Outcomes of standardised approach to metabolic bone disease of prematurity

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Abstract

Aim

To assess the current protocol of metabolic bone disease (MBD) at three Monash Health neonatal units (Melbourne, Australia).

Methods

Retrospective audit of 171 infants born at <32 weeks' gestation over 18 months. Mean gestational age was 28.6 ± 2.1 weeks, and birthweight was 1190 ± 374 g. Risk factors of MBD include intra-uterine growth retardation (n = 33, 19.3%), maternal pre-eclampsia (n = 17, 9.9%), necrotising enterocolitis (n = 9, 5.4%) and medications like methylxanthines (94.2%; mean 54.8 days), diuretics (38.6%; mean 49.2 days) and glucocorticoids (5.3%; mean 35 days).

Results

In total, 84.8% infants had an initial MBD screen (mean age 36.3 days), with 45% having repeated monitoring (mean age 71.9 days), and 14.2% had initial alkaline phosphatase levels >500 U/L, decreasing to 10.1% on follow-up. All infants received additional vitamin D supplementation of 400 IU/day, phosphate of 25.1% (n = 43) and calcium of 19.9% (n = 34). Fractures were identified from clinical documentation in 2.9% (n = 5) of infants. Stratifying into phosphate-treated and untreated groups revealed significant differences (P < 0.001) for gestational age and birthweight: 26.7 ± 1.7 weeks/918 ± 272 g for treated versus 29.2 ± 1.9 weeks/1283 ± 359 g for untreated. In the phosphate-treated group, improvement was seen in mean alkaline phosphatase (pre-treatment 467 ± 204 U/L and post-treatment 342 ± 221 U/L, P < 0.01) and mean phosphate levels (1.8 ± 0.4 vs. 2.2 ± 1.0 mmol/L, P < 0.01). Linear growth difference between phosphate-treated (n = 10) and untreated groups (n = 24) was insignificant at >6 months of age (P = 0.13), although this may reflect limited data.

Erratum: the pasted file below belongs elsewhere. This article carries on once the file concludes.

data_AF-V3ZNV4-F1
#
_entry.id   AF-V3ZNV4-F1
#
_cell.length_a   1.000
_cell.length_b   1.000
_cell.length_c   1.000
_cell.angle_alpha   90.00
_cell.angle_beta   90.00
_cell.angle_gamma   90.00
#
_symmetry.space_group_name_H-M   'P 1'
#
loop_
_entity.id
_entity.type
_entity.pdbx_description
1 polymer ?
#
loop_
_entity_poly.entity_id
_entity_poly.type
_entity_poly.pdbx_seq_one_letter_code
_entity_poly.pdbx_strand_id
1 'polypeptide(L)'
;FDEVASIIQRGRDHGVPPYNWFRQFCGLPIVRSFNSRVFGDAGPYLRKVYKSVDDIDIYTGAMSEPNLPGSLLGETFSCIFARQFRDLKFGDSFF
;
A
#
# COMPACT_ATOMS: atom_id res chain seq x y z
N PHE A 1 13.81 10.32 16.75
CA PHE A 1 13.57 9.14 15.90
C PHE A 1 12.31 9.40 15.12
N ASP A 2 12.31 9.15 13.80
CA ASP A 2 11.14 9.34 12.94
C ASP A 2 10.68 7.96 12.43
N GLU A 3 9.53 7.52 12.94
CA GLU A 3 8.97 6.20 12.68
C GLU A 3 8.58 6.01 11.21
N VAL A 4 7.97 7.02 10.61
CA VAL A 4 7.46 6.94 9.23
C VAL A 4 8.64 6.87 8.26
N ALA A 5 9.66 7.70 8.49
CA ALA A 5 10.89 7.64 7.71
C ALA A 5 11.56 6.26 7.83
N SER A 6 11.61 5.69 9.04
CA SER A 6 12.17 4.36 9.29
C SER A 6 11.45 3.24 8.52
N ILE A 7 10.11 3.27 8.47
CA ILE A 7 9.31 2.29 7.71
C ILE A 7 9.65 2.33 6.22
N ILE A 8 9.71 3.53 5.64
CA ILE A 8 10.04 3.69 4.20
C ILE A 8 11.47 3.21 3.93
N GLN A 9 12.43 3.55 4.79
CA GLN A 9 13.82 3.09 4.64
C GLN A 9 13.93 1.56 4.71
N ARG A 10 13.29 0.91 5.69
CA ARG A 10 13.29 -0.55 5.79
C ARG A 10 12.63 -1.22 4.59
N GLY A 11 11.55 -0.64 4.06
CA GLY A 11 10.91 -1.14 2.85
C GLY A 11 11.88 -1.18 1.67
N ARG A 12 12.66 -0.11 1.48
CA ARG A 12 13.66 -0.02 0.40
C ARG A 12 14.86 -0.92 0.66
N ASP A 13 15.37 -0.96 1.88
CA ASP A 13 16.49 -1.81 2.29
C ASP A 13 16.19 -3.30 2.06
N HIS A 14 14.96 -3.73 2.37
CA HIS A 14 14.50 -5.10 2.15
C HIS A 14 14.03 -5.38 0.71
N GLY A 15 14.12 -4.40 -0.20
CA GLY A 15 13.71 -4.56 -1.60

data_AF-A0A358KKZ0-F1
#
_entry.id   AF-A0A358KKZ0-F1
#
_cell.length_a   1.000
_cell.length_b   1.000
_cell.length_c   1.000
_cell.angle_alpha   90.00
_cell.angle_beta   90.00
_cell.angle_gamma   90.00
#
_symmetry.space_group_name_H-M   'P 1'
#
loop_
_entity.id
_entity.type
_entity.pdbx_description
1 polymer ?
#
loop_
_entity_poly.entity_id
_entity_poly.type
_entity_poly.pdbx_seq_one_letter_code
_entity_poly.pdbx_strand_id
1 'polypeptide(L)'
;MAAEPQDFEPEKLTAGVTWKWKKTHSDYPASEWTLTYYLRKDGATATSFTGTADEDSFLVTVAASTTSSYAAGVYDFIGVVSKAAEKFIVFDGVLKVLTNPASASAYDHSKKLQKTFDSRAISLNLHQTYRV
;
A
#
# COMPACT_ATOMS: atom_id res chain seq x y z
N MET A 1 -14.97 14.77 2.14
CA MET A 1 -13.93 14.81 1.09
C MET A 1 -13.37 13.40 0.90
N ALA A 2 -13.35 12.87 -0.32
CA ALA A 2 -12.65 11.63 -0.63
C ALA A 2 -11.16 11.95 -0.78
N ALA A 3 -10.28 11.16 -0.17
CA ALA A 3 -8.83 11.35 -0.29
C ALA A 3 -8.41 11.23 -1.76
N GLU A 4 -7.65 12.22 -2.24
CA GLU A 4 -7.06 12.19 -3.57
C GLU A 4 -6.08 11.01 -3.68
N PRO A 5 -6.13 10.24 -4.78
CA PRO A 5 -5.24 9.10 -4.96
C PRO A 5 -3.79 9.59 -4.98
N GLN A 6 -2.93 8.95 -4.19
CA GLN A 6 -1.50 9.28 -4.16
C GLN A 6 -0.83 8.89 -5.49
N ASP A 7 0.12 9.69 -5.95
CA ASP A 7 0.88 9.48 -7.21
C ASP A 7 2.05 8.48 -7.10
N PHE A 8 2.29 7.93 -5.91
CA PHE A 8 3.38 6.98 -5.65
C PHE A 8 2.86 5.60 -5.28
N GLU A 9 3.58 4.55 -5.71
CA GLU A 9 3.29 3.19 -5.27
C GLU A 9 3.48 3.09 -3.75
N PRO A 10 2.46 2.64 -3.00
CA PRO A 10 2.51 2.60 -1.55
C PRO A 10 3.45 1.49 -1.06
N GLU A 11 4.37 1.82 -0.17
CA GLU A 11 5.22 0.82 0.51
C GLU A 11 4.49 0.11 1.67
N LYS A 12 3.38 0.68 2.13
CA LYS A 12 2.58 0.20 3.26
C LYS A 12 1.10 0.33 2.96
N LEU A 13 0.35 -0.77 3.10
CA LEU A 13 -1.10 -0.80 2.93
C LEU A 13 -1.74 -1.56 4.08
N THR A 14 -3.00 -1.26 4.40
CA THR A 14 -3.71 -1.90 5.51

Conclusion

Adequate first-line supplementation with vitamin D and phosphate appeared to improve biochemical markers of MBD, but given the observational nature of this study, further longitudinal/prospective studies are required to confirm these findings.

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